This is a guest post from Snowflake Air, serving Boise, Meridian, Kuna, and Eagle ID.
When did you last replace the HVAC systems in your rentals? Most heaters and central air units last around a decade. So if it’s been almost ten years, it’s time to start thinking about your next investment.
Thinking ahead also gives you time to consider an upgrade that keeps your tenants happy — and, in the long run, save you a lot of money.
With all that in mind, this article focuses on the benefits of a ductless mini split. Unlike forced-air HVAC, which uses ductwork and vents, these systems use an outdoor heat pump, air handlers inside, and a heat transfer process to do the job.
The result is climate control that’s more customizable and comfortable and costs less to run.
To explain the benefits, we’ll touch briefly on how they work. Then, we’ll outline why they’re excellent choices for rental properties.
How Does Ductless Heating and Cooling Work?
Ductless heating and cooling rely on air handlers to circulate the air inside.
The heat pump outside draws in heat during the winter or gets rid of warmth in the summer.
The trick is that air doesn’t move through the system. Instead, the air handler cools or warms the air that is in the room. Small, flexible piping carries refrigerant in a closed loop between the indoor and outdoor units.
In the summer, that refrigerant transports heat from the room out to the heat pump. In the winter, the heat pump sends the warmth inside to the air handlers.
That’s what makes these systems different! They don’t need ductwork to move air from a room to the furnace or AC condenser and then back. Instead, the refrigerant and the heat, travels from one area to another.
Four Benefits of Ductless Heating and Cooling In Rental Properties
Ductless heating and cooling offer some advantages over forced-air duct systems. Four significant benefits for tenants and property owners are:
- Customizable “Zoned” HVAC
- Easy Installation With Small Footprint
- Better, Quiet Comfort
- Cost-Saving Energy Efficiency
Let’s look closer at each one.
1. Customizable “Zoned” HVAC
Ductless heating and cooling often go under the name “mini split” because these setups are small and “split” between the indoor and outdoor components. You can use these to create zoned HVAC.
Each indoor unit has a built-in thermostat. You can usually connect up to eight air handlers to a single heat pump. In some cases, you can use one heat pump for more than one dwelling. Either way, your tenants control each air handler separately.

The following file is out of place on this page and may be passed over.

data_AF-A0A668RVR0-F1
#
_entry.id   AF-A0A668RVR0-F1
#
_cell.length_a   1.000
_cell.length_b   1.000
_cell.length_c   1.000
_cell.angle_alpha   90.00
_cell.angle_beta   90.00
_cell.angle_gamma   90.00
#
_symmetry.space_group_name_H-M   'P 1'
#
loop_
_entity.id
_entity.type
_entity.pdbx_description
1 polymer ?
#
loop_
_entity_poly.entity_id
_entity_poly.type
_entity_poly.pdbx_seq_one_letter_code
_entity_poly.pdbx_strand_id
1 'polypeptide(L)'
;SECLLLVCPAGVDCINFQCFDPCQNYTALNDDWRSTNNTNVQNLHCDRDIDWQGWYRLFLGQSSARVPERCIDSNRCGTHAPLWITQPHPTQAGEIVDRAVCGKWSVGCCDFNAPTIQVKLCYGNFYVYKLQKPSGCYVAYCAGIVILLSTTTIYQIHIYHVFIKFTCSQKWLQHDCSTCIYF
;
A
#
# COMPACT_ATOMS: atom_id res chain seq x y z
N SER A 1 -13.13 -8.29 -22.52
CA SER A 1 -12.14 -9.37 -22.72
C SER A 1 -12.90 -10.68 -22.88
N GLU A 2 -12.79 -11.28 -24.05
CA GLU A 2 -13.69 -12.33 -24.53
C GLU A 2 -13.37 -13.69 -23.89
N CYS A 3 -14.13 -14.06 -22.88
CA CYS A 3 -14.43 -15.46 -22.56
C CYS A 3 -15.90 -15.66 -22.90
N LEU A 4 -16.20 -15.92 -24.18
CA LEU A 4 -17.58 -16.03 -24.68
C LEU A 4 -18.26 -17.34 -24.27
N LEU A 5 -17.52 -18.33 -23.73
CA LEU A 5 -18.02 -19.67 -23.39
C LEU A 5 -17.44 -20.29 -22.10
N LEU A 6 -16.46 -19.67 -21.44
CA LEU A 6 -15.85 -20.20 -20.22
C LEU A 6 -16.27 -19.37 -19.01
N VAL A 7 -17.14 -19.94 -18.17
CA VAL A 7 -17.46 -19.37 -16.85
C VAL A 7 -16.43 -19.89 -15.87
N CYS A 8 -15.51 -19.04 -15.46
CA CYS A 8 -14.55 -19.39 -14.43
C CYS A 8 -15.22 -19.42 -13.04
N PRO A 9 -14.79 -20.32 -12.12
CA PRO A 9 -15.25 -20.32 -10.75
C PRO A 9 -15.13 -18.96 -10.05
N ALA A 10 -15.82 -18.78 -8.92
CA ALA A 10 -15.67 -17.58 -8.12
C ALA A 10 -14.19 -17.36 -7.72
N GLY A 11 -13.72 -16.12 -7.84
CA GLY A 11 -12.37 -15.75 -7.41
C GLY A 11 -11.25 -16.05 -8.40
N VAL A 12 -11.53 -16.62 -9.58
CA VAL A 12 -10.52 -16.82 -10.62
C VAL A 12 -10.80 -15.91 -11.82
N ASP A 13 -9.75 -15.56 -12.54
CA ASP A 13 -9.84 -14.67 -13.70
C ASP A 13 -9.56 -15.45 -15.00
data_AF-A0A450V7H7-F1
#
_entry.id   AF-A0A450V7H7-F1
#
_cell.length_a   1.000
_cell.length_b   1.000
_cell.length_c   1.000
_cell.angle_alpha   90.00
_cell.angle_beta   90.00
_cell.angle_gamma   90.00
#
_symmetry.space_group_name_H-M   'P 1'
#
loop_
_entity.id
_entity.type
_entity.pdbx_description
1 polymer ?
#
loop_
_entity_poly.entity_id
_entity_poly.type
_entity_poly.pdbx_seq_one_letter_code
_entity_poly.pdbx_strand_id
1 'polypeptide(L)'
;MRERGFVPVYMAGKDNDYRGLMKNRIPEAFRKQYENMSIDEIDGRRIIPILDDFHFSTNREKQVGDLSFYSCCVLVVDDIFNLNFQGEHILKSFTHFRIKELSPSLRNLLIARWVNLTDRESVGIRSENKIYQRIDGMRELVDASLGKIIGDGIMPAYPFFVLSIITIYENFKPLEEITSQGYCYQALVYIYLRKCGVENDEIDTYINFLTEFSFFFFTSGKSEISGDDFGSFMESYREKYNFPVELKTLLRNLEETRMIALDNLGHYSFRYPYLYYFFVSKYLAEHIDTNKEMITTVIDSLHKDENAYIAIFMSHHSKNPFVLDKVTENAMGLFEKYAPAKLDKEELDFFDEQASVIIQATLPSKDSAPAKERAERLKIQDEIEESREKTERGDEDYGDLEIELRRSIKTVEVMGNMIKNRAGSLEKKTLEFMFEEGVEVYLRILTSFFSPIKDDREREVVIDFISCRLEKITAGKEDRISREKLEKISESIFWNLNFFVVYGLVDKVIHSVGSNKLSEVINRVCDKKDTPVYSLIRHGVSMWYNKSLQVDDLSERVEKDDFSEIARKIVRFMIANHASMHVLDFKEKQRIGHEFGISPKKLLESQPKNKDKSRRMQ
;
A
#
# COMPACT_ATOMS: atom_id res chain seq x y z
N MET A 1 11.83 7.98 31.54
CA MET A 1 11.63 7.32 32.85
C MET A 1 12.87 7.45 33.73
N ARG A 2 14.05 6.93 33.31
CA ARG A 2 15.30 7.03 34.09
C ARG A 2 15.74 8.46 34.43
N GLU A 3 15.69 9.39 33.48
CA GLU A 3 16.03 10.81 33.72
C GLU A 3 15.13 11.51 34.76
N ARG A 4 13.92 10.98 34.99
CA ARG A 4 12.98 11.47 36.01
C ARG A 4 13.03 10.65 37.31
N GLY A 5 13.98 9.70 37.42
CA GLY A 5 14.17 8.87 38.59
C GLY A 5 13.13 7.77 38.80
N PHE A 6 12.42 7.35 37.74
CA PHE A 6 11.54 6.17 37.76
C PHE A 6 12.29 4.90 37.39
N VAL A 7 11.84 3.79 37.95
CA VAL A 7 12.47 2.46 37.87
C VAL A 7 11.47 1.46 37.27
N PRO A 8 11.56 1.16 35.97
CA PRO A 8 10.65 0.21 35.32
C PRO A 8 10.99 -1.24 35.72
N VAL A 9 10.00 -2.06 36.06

For a single-family property, you also have the option of outfitting the entire house with a mini split (a multi-zone unit). Or, keep your conventional system and add an air handler in a room that always gets complaints about being too hot or too cold (single-zone).
2. Easy Installation With Small Footprint
Any certified HVAC company can install a single-zone mini split in a day. Even multi-zone systems are pretty straightforward. And, they’re non-invasive: All you need is a two-inch hole to run the lines. It’s discreet, and the air handler usually hides the opening in each room.
From there, the lines run behind the walls, just like your electrical service. You now have the option to make the area feel bigger by removing old ductwork.
Meanwhile, your tenants have more flexibility. Since the wall-mounted air handlers sit up high near the ceiling, there’s no worrying about furniture blocking a vent.
3. Better, Quiet Comfort
Each air handler has specialized fans to circulate the air further and more efficiently than vents. One indoor unit can cover a studio apartment, most of a smaller dwelling, or even an entire floor of an open-plan house.
And, speaking of smaller spaces, they make virtually zero noise. That’s a major selling point over window air conditioners, especially in smaller apartments where people have to choose between loud cooling units or watching TV.
4. Cost-Saving Energy Efficiency
Before we go into this benefit, we’ll touch on what we often hear is the biggest drawback to these systems: The sticker price.
Mini splits start at around $3,500 for a single-room unit. The price increases with each air handler or heat pump.
Depending on your footprint, especially for multiple units, you may need more heat pumps. An entire single-family home runs around $17,000.
But, if you pay utilities and build it into the rent, you’ll cut your monthly expenses right away. Or, your tenants will appreciate a drop in their monthly expenses.
Since a mini split uses a heat transfer process instead of burning fossil fuels, it only needs a small amount of electricity to run.
And, each air handler uses inverter technology to maintain the temperature. It’s much more efficient than a furnace or AC that cycles on and off a few times every hour.
Dollar for dollar, a mini split costs less to run each month than a forced-air system or window AC. They’re quieter and more comfortable, which tenants love. And, they’re easy to install and don’t take up much room, which makes your properties more appealing.
The only real consideration is that upfront price. If you have heaters or central air units ready for replacement, it’s likely worth the extra money to make the switch.
Or, if you’re thinking about upgrading and improving your portfolio, work with a certified HVAC contractor to crunch the numbers and see what works best for your properties.